Pink Peppercorn-Pomegranate Panna Cotta
Why this recipe works: We use pink peppercorns in a number of savory applications, but these peppercorns (not true pepper) are by far the fruitiest and most floral of the varieties, so they take well to dessert. The clean dairy flavor of creamy panna cotta was a lovely canvas for the subtle pungency of pink pepper, which we used to infuse our cream base. To balance the spiciness and richness, we incorporated pomegranate juice into the base, which provided not only complementary fruitiness but also smashing color. A garnish of pomegranate seeds and shaved white chocolate was a rich adornment, while a touch of coarse finishing salt brought all the flavors to life. To serve unmolded, you’ll need six 4- to 5-ounce ramekins. Panna cotta may also be chilled and served in wine glasses. If you’d like to make the panna cotta a day ahead, reduce the amount of gelatin by 1/2 teaspoon and chill the filled ramekins for at least 18 hours or up to 24 hours. You can use your preferred coarse finishing salt in this recipe.
- 2 cups heavy cream
- 3 tablespoons pink peppercorns, cracked
- 1 cup pomegranate juice
- 2 teaspoons unflavored gelatin
- 3 tablespoons sugar
- 1/8 teaspoon salt
- 1/2 cup pomegranate seeds
- Shaved white chocolate
- Coarse finishing salt
Bring heavy cream and peppercorns to simmer in a medium saucepan over medium heat. Transfer to a bowl, cover, and let sit until flavors meld, about 10 minutes.
Meanwhile, pour pomegranate juice into a clean medium saucepan. Sprinkle surface evenly with gelatin and let sit until gelatin softens, about 5 minutes. Fill a large bowl halfway with ice and water. Set six 4- to 5-ounce ramekins on a rimmed baking sheet.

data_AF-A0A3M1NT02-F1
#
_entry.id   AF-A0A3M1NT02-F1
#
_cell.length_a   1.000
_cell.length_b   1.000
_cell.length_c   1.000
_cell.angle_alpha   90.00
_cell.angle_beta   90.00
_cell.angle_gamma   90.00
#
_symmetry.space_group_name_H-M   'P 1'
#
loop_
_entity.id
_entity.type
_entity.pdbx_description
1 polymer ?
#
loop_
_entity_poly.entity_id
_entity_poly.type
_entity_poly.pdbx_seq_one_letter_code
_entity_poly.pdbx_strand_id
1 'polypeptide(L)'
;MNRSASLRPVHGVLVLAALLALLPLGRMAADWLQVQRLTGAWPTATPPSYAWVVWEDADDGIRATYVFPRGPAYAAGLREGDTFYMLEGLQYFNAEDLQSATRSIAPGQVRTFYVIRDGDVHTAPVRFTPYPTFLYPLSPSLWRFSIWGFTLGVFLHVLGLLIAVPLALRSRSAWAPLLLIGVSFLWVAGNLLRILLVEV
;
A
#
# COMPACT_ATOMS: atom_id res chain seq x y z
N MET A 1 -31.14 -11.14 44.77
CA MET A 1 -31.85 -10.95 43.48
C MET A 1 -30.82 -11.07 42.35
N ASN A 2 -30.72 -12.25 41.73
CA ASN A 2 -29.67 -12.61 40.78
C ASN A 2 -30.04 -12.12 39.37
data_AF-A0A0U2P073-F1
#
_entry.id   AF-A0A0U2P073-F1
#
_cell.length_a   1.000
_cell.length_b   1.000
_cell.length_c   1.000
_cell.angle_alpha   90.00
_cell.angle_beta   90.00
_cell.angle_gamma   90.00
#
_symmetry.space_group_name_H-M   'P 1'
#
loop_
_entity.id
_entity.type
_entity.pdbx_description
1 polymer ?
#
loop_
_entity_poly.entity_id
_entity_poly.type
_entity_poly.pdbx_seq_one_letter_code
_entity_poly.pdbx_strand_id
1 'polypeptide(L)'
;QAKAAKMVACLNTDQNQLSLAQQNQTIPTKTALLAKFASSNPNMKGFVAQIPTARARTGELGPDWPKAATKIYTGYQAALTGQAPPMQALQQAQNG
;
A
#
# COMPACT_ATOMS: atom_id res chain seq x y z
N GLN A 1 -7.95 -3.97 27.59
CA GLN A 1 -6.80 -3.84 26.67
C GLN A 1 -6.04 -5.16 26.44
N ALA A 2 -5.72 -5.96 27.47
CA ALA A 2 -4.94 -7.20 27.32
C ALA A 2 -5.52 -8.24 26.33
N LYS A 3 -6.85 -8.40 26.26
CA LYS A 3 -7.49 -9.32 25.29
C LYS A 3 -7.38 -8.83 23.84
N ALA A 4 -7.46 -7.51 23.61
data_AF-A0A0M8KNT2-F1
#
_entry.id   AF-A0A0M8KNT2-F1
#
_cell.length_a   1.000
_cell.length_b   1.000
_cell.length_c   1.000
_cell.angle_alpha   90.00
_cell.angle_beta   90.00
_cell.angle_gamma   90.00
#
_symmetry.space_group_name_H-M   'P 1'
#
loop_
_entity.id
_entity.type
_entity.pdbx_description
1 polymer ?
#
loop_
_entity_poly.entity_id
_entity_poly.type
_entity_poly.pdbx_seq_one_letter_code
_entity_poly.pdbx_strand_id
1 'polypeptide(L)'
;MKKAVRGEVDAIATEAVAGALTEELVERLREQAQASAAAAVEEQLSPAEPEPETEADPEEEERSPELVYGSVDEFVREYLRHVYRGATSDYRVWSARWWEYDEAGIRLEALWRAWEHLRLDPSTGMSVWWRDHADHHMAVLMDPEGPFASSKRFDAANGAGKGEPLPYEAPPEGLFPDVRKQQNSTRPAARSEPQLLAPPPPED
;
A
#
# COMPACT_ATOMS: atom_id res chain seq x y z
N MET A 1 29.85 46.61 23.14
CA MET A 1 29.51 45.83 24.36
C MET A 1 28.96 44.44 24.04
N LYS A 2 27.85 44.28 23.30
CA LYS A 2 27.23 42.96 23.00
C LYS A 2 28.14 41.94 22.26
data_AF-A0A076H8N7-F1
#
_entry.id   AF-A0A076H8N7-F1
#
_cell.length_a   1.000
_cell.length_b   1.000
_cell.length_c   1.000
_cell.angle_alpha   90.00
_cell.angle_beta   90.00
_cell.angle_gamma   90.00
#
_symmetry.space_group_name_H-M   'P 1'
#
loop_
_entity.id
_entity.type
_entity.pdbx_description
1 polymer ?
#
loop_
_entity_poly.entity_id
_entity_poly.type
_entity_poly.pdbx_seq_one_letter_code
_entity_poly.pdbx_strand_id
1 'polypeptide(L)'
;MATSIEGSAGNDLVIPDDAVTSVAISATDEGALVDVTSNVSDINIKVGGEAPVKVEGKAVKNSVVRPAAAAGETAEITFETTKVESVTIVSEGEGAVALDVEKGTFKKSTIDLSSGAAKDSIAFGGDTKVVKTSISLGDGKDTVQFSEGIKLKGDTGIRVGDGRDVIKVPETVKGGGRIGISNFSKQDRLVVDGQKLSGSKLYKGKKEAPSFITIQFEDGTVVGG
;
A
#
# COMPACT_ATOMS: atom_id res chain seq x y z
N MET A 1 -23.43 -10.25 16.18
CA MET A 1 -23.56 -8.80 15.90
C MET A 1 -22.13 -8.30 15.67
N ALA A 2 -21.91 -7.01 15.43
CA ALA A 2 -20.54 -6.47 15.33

Heat the juice and gelatin mixture over high heat, stirring constantly until gelatin is dissolved and mixture registers 135 degrees F, 1 to 2 minutes. Off heat, whisk in sugar and salt until dissolved, about 1 minute. Stirring constantly, slowly add the cream mixture. Transfer mixture to the now-empty bowl and set over a prepared ice water bath. Stir the mixture often until slightly thickened and mixture registers 50 degrees F, about 20 minutes. Strain mixture through a fine-mesh strainer into a 4-cup liquid measuring cup, then divide evenly among ramekins. Cover all ramekins on a baking sheet with plastic wrap and refrigerate until the panna cottas are just set (mixture should wobble when shaken gently), at least 4 hours or up to 12 hours.
To unmold, run a paring knife around the perimeter of each ramekin. (If the shape of ramekin makes this difficult, quickly dip ramekin into a hot water bath to loosen the panna cotta.) Hold serving plate over the top of each ramekin and invert; set plate on the counter and gently shake ramekin to release the panna cotta. Sprinkle with pomegranate seeds, white chocolate shavings, and finishing salt. Serve.
Reprinted with permission from “Spiced: Unlock the Power of Spices to Transform Your Cooking” by America’s Test Kitchen, copyright 2019. Published by America’s Test Kitchen.